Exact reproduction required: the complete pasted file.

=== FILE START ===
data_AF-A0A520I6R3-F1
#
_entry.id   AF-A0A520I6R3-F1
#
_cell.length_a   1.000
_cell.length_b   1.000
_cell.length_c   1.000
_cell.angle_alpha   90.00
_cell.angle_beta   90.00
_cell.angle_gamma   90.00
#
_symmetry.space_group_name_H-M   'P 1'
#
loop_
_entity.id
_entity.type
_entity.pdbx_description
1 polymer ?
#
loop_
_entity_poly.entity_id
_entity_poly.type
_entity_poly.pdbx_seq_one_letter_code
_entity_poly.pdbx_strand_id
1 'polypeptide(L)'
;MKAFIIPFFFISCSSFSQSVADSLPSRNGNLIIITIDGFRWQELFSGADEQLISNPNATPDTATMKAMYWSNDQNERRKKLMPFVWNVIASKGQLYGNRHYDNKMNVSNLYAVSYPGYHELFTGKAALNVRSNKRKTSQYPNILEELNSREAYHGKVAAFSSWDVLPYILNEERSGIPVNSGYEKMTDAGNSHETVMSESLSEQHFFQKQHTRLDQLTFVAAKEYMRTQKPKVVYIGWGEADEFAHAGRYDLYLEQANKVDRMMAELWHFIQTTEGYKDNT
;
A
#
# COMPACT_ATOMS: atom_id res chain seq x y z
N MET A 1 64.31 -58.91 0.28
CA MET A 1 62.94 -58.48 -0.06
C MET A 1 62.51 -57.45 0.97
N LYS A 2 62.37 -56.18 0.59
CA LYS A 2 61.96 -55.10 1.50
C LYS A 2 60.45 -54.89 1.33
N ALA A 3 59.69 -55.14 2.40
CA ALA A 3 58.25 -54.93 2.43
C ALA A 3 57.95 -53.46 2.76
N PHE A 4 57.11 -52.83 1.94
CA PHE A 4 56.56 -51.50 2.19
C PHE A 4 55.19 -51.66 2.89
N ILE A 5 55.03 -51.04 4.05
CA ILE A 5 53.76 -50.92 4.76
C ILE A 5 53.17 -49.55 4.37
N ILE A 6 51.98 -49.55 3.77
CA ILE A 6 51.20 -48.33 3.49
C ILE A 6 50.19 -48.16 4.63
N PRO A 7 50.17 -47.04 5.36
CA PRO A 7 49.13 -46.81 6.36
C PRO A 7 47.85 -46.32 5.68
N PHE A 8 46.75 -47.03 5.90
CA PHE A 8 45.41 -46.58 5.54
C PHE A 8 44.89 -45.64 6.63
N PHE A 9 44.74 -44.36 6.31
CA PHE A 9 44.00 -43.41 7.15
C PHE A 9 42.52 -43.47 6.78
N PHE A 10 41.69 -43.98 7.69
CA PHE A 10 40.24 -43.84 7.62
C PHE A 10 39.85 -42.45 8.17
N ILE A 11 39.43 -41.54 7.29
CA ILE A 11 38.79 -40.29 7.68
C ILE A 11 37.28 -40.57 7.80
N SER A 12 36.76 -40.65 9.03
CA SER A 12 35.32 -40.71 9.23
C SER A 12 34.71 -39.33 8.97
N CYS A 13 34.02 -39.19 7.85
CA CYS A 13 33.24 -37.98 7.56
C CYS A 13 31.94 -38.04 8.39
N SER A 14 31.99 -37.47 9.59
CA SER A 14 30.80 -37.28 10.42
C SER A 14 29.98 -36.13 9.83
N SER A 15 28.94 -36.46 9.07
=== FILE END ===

data_AF-A0A520I6R3-F1
#
_entry.id   AF-A0A520I6R3-F1
#
_cell.length_a   1.000
_cell.length_b   1.000
_cell.length_c   1.000
_cell.angle_alpha   90.00
_cell.angle_beta   90.00
_cell.angle_gamma   90.00
#
_symmetry.space_group_name_H-M   'P 1'
#
loop_
_entity.id
_entity.type
_entity.pdbx_description
1 polymer ?
#
loop_
_entity_poly.entity_id
_entity_poly.type
_entity_poly.pdbx_seq_one_letter_code
_entity_poly.pdbx_strand_id
1 'polypeptide(L)'
;MKAFIIPFFFISCSSFSQSVADSLPSRNGNLIIITIDGFRWQELFSGADEQLISNPNATPDTATMKAMYWSNDQNERRKKLMPFVWNVIASKGQLYGNRHYDNKMNVSNLYAVSYPGYHELFTGKAALNVRSNKRKTSQYPNILEELNSREAYHGKVAAFSSWDVLPYILNEERSGIPVNSGYEKMTDAGNSHETVMSESLSEQHFFQKQHTRLDQLTFVAAKEYMRTQKPKVVYIGWGEADEFAHAGRYDLYLEQANKVDRMMAELWHFIQTTEGYKDNT
;
A
#
# COMPACT_ATOMS: atom_id res chain seq x y z
N MET A 1 64.31 -58.91 0.28
CA MET A 1 62.94 -58.48 -0.06
C MET A 1 62.51 -57.45 0.97
N LYS A 2 62.37 -56.18 0.59
CA LYS A 2 61.96 -55.10 1.50
C LYS A 2 60.45 -54.89 1.33
N ALA A 3 59.69 -55.14 2.40
CA ALA A 3 58.25 -54.93 2.43
C ALA A 3 57.95 -53.46 2.76
N PHE A 4 57.11 -52.83 1.94
CA PHE A 4 56.56 -51.50 2.19
C PHE A 4 55.19 -51.66 2.89
N ILE A 5 55.03 -51.04 4.05
CA ILE A 5 53.76 -50.92 4.76
C ILE A 5 53.17 -49.55 4.37
N ILE A 6 51.98 -49.55 3.77
CA ILE A 6 51.20 -48.33 3.49
C ILE A 6 50.19 -48.16 4.63
N PRO A 7 50.17 -47.04 5.36
CA PRO A 7 49.13 -46.81 6.36
C PRO A 7 47.85 -46.32 5.68
N PHE A 8 46.75 -47.03 5.90
CA PHE A 8 45.41 -46.58 5.54
C PHE A 8 44.89 -45.64 6.63
N PHE A 9 44.74 -44.36 6.31
CA PHE A 9 44.00 -43.41 7.15
C PHE A 9 42.52 -43.47 6.78
N PHE A 10 41.69 -43.98 7.69
CA PHE A 10 40.24 -43.84 7.62
C PHE A 10 39.85 -42.45 8.17
N ILE A 11 39.43 -41.54 7.29
CA ILE A 11 38.79 -40.29 7.68
C ILE A 11 37.28 -40.57 7.80
N SER A 12 36.76 -40.65 9.03
CA SER A 12 35.32 -40.71 9.23
C SER A 12 34.71 -39.33 8.97
N CYS A 13 34.02 -39.19 7.85
CA CYS A 13 33.24 -37.98 7.56
C CYS A 13 31.94 -38.04 8.39
N SER A 14 31.99 -37.47 9.59
CA SER A 14 30.80 -37.28 10.42
C SER A 14 29.98 -36.13 9.83
N SER A 15 28.94 -36.46 9.07